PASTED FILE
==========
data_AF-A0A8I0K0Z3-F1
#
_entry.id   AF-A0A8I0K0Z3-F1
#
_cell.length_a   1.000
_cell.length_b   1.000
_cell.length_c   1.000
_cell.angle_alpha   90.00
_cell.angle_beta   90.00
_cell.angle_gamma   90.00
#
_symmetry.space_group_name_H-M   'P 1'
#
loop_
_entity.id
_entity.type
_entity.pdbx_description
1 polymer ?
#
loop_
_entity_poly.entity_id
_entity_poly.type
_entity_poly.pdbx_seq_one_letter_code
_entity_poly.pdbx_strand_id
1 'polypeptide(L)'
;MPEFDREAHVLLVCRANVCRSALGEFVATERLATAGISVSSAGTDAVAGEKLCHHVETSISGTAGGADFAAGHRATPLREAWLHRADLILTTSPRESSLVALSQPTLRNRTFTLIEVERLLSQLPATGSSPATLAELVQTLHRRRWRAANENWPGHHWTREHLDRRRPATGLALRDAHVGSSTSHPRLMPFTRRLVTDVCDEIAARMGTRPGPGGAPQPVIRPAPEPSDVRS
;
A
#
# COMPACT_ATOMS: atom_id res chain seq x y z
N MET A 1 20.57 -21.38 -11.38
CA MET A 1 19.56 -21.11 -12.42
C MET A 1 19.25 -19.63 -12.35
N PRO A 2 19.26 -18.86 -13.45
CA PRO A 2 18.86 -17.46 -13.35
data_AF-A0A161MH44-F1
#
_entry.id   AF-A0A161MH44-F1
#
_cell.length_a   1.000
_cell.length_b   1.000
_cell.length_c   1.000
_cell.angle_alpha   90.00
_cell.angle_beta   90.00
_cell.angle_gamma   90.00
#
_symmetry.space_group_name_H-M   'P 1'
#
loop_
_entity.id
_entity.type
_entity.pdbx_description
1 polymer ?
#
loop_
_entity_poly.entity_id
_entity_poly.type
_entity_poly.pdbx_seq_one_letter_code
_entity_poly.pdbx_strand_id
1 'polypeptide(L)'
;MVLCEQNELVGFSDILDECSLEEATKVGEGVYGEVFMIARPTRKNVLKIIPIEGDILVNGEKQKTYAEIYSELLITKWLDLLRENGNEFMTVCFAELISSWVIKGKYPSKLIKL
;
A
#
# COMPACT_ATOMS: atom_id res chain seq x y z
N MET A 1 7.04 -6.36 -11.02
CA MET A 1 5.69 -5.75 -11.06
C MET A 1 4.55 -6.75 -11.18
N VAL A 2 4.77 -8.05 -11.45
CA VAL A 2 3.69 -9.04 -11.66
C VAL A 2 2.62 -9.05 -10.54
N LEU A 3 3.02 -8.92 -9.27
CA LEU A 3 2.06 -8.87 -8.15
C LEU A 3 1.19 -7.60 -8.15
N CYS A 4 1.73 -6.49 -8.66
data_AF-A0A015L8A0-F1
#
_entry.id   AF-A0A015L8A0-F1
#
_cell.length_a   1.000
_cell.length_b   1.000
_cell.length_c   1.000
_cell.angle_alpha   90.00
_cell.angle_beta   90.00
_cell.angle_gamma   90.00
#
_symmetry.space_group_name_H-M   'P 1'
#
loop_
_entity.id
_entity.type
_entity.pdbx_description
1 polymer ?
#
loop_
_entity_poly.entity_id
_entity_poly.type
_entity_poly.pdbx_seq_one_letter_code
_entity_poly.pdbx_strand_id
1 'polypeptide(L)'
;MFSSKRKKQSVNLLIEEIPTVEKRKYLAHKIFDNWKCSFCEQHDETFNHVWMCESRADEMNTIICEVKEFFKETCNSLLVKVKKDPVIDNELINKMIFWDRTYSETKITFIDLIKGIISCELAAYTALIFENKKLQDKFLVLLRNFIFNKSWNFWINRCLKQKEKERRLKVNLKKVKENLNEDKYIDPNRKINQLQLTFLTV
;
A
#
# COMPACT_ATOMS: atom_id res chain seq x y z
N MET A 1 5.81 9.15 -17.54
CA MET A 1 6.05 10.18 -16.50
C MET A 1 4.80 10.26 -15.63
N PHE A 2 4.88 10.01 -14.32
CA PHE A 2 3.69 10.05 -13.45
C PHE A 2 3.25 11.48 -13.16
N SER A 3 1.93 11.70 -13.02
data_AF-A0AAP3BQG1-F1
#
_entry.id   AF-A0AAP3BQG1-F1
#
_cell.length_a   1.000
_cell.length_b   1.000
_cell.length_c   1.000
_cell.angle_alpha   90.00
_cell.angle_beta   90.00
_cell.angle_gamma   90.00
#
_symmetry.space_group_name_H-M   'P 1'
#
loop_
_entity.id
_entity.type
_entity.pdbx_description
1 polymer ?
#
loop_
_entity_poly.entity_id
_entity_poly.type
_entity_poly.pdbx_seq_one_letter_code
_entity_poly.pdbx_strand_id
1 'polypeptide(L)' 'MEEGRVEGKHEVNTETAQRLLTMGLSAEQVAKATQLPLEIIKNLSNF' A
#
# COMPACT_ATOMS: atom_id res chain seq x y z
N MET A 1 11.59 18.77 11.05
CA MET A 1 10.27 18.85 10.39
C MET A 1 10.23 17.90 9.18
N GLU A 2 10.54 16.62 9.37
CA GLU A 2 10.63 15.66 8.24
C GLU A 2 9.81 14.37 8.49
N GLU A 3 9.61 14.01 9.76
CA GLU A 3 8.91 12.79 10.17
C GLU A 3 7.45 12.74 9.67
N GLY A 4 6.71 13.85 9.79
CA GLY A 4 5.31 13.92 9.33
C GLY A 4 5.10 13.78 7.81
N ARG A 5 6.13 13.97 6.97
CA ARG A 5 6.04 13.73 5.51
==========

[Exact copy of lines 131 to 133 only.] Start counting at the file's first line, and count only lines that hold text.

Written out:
#
loop_
_entity_poly.entity_id